It was about a year ago that I was nervously writing. The assignment? To write from the perspective of Jesus, the experience of the Cross, in the first person.
That sounds crazy right? And it is. We don't know what He went through, none of us. Least of all me.
But there is something good about the meditation - as long as you don't take it farther than it was intended to go. The larger project was the Stories of Sifted... and the idea was that saints and biblical leaders suffered in such a way as to bring about a redemptive good - either for themselves or for others (or both). The idea was that suffering is something that God holds in His hands and that it isn't capricious.
Jesus took that a step further. And it's an amazing notion. He's not just overseeing suffering in a way that may make sense someday. He embraced it Himself. God took upon Himself lack. He experienced pain. He felt thirst. And while I don't pretend to understand the Cross in the fullness of mystery, I do believe that He walked in our shoes, in some sense, literally.
In that heart, I set about the Stories as a meditation on emotion and nearness, to try to see these great moments of story through their eyes. With actual fear, I set about the story of the Passion... my own words seeking to express the love of God firsthand. So for Good Friday, as I Remember... here is the story of Jesus, sifted.
It was one of those moments that happens, but your mind doesn't accept at first. I felt the sharp pain set in, and I felt the bones of my hand and arm move aside from the metal in excruciating detail.
My back was on fire. I was cold from the loss of blood. I couldn't move or find any position that didn't make things worse. This continued for what seemed an eternity. The other arm was pulled and set. They lifted me up dropping the crossbar into place with a thud. The cold metal ripping through my feet caused a wave of nausea that passed through my entire body.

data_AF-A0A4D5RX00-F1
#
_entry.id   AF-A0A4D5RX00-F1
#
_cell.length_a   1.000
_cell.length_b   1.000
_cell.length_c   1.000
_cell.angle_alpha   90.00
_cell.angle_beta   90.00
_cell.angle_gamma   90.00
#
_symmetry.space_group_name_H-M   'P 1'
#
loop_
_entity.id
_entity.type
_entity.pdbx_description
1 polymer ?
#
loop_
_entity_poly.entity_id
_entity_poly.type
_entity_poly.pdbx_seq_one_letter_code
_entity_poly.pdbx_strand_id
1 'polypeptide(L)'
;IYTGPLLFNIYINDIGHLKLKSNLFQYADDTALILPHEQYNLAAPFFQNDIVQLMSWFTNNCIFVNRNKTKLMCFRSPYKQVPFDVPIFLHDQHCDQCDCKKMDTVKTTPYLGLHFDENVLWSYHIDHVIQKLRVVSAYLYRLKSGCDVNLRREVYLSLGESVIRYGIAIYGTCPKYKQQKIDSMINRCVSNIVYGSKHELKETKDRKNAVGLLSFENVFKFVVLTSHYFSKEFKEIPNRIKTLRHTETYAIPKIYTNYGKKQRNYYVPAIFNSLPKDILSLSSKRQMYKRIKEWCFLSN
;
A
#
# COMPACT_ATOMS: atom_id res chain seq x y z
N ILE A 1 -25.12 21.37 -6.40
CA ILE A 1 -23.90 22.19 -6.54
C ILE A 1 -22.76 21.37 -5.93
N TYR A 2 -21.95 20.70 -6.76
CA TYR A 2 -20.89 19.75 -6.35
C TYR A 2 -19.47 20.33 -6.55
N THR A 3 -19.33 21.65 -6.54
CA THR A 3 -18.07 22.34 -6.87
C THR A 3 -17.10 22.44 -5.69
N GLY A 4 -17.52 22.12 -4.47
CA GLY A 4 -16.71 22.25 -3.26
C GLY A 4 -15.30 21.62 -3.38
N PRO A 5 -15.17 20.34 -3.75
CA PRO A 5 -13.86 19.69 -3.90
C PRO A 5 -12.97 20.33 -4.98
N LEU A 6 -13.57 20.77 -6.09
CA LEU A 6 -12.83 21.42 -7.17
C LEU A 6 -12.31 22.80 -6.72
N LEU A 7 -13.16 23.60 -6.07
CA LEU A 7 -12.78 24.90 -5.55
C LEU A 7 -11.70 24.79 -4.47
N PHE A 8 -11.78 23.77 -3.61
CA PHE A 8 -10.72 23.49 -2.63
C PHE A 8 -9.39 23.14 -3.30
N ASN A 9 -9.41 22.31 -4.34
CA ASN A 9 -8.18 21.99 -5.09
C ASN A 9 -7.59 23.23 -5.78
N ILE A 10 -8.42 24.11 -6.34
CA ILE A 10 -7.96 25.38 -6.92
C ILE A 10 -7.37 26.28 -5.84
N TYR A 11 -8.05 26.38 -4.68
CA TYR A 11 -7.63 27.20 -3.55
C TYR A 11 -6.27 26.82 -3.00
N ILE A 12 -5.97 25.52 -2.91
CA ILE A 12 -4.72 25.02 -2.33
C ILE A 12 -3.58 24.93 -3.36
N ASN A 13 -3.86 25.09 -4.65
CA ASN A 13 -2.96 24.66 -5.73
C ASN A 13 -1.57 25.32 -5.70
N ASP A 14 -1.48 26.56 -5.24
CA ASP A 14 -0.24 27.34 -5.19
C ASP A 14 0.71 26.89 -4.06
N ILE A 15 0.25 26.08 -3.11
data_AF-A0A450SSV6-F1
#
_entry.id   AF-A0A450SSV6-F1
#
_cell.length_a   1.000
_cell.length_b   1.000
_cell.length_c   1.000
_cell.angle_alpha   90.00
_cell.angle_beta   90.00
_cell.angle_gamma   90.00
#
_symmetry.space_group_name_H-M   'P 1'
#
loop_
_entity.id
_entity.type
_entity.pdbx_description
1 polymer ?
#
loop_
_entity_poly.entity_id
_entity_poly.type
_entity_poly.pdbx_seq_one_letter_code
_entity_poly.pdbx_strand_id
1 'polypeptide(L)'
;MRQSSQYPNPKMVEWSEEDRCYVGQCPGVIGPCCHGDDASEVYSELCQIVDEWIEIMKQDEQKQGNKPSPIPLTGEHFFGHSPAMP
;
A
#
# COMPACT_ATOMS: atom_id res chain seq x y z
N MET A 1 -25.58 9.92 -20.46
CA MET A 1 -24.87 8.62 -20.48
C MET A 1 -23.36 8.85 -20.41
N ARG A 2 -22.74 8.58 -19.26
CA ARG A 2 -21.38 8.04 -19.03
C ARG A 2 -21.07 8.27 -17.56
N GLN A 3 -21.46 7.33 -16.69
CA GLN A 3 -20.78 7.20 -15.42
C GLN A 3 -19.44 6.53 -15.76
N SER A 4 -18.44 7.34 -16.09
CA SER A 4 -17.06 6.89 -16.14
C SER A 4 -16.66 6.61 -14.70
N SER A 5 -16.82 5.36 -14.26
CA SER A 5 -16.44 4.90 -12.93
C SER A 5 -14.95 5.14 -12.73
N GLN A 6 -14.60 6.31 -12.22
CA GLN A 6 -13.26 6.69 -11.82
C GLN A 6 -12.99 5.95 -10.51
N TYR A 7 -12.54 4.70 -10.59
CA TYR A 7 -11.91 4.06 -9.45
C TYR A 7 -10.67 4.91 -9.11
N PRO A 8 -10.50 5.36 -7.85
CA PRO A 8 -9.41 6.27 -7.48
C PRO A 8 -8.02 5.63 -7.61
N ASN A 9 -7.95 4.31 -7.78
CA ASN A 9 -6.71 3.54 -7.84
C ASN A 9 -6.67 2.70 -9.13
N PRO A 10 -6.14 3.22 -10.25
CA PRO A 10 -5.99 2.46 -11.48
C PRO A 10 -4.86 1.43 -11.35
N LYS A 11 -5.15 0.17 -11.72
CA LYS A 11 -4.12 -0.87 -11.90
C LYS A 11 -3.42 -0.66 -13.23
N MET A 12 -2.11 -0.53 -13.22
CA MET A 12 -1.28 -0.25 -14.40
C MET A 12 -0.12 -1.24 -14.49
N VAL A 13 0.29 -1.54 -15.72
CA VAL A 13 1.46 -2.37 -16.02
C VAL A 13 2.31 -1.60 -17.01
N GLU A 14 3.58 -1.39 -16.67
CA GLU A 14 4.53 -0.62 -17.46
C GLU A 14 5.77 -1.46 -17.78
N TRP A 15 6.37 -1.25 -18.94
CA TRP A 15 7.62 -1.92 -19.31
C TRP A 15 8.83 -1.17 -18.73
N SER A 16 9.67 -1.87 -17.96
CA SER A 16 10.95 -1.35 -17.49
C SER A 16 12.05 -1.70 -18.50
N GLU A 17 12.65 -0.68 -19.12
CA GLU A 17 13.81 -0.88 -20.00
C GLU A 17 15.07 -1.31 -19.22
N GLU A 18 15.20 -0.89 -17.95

When it came to pain, the Romans were skilled.
At some point the level of agony started to lack focus, except for an occasional spike from my hands, or feet or back. Worse, the position of the cross left me unable to breathe. I had to pull on the spikes of my hands and push on the spikes of my feet, raising up to take in a mouthful of air, then collapse back down in a whirlwind of unbearable agony. Every time feels like it will be the last. I could feel the world getting smaller. The end was very near.
The pain was surprising in its intensity and complexity. There was no escaping it, only a futile and continuing effort to try to find any sort of relief. But that wasn't the worst part.
The worst part was the real reason I was here. This wasn't just an ill-timed and unjust execution. The worst part was the cup I was about to drink.
From the beginning of time, God takes the sin of humankind and places it in a cup without ending or limit. Within the cup, the offenses rest: the rape of the innocent; the theft of a neighbor; the evil thought that passes in a moment; the selfish day spent wasting time; the murder of a wife; the oppression of an entire people; the unwanted infant discarded and left to die.